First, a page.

What the Crusades Meant to Europe

Authored by: Christopher Tyerman

The Medieval World

Print publication date:  October  2001
Online publication date:  September  2013

Print ISBN: 9780415181518
eBook ISBN: 9781315016207
Adobe ISBN: 9781136500053

10.4324/9781315016207.ch8

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Abstract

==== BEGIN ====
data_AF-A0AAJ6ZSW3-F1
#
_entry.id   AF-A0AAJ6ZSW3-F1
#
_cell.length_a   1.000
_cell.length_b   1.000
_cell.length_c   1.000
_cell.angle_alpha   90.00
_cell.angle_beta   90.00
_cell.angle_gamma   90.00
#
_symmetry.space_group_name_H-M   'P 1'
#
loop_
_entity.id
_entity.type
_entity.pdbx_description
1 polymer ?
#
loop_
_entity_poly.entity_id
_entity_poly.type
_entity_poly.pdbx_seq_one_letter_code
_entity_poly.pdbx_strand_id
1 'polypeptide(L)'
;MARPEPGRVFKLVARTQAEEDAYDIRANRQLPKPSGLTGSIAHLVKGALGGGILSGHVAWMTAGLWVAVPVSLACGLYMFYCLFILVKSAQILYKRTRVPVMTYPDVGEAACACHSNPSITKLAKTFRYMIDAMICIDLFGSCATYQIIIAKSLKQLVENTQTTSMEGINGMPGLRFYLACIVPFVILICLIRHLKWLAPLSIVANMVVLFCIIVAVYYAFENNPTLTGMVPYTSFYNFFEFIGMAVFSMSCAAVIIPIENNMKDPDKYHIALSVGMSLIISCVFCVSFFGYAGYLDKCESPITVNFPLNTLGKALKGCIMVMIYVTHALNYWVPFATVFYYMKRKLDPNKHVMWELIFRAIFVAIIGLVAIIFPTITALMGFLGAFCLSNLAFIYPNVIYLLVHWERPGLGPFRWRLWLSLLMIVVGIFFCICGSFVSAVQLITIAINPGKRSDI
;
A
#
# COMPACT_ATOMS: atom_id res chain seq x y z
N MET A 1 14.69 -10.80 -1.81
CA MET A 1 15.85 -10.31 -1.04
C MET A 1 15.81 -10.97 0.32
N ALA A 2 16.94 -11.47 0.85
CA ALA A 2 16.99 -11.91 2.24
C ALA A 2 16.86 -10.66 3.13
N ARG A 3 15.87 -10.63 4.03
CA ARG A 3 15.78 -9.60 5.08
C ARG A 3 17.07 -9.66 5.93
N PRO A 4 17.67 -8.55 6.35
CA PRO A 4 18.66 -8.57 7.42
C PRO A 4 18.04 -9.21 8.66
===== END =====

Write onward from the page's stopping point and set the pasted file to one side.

For Edward Gibbon, the crusades concerned nothing less than ‘the world’s debate’. Two centuries later, it can still be argued that crusading ‘was of central importance to nearly every country in Europe and the Near East until the Reformation’ with profound implications for modern politics, notably anti-Semitic violence, hostility between Orthodox and Catholic Christians and the escalating tensions between Moslems and Christians in the Balkans, Near East or elsewhere (Riley-Smith 1997: 1). Although lacking medieval definition in law or language, crusading is portrayed as a ‘movement’, implying a degree of coherence and unity of purpose, attitude or behaviour. Western historians have subsequently read into the crusades European colonialism; racial and cultural superiority; the triumph of faith over materialism or reason; nationalist epic; the opening of Europe to eastern trade, inventions and learning; the climax of shining chivalry or bestial barbarism; even ‘the central drama’ of the medieval period ‘to which all other incidents were in some degree subordinate’ (Archer and Kingsford 1894: 450–1). Yet in many respects, the dynamism of the crusade was derived from the culture that gave it birth and sustained it for half a millennium rather than the other way round.

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